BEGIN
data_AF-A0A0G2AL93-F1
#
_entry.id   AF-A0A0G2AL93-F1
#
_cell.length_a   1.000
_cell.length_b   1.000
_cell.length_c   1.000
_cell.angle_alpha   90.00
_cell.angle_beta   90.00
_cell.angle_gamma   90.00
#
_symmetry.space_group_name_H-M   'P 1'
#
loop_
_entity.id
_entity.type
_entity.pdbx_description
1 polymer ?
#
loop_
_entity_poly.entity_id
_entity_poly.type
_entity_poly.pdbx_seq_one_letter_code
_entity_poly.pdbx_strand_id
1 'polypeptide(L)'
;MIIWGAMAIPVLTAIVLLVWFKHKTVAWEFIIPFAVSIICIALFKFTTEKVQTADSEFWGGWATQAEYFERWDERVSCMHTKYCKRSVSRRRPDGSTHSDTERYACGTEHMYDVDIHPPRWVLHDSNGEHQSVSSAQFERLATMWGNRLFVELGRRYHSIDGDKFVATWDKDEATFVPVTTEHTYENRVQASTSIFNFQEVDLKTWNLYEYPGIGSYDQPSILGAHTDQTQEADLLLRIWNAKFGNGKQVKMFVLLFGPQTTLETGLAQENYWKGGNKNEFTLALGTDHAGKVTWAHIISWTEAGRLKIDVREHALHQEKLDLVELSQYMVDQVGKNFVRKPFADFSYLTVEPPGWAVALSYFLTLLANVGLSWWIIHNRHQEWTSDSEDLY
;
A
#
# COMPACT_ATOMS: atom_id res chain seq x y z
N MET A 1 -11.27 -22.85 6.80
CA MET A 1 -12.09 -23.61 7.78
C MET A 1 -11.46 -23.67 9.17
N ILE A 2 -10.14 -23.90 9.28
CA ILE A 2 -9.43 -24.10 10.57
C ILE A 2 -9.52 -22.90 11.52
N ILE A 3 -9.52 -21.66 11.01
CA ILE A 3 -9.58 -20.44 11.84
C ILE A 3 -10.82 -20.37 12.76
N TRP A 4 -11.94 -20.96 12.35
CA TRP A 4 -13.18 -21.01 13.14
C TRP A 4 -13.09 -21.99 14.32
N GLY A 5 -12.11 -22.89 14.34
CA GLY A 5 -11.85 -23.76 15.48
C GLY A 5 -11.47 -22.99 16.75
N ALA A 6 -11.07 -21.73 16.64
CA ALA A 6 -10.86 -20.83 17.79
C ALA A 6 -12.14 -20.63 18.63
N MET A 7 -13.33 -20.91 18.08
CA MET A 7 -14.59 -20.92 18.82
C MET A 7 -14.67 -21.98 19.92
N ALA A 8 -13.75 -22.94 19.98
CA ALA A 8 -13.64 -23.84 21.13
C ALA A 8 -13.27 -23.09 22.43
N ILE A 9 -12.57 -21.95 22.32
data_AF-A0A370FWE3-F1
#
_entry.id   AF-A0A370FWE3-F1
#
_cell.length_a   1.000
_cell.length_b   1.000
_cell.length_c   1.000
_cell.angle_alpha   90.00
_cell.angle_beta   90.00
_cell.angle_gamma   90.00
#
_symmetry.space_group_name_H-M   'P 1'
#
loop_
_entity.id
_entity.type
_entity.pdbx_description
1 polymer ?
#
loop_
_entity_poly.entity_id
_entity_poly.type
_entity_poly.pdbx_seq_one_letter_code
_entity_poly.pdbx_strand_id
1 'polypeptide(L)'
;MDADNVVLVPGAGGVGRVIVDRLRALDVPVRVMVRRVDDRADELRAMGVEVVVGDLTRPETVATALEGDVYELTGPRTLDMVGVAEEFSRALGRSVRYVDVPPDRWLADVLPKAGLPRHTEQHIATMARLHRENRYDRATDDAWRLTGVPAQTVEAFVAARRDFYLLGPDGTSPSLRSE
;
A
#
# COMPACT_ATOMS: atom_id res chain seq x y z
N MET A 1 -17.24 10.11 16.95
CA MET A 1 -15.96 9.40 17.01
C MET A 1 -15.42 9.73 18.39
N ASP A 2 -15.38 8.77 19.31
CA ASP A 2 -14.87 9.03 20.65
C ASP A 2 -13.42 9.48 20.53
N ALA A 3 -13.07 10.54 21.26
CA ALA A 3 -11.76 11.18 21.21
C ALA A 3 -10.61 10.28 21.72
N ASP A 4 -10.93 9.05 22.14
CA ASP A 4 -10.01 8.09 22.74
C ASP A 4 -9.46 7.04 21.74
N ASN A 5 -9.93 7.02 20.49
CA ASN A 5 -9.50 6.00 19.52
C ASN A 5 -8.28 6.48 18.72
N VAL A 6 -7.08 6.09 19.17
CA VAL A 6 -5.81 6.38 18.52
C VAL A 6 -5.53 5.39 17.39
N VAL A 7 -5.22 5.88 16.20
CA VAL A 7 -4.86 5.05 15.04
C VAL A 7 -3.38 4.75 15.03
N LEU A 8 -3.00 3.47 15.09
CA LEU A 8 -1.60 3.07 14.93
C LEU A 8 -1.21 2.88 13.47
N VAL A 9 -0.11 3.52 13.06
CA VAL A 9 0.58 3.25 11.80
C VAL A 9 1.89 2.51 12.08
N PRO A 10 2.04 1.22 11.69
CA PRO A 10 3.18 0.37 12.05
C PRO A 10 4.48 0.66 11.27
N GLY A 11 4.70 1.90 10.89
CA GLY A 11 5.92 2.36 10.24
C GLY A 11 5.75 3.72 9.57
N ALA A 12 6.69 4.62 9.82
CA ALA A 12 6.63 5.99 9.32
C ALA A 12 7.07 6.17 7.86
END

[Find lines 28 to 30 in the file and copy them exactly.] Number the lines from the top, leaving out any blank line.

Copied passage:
A
#
# COMPACT_ATOMS: atom_id res chain seq x y z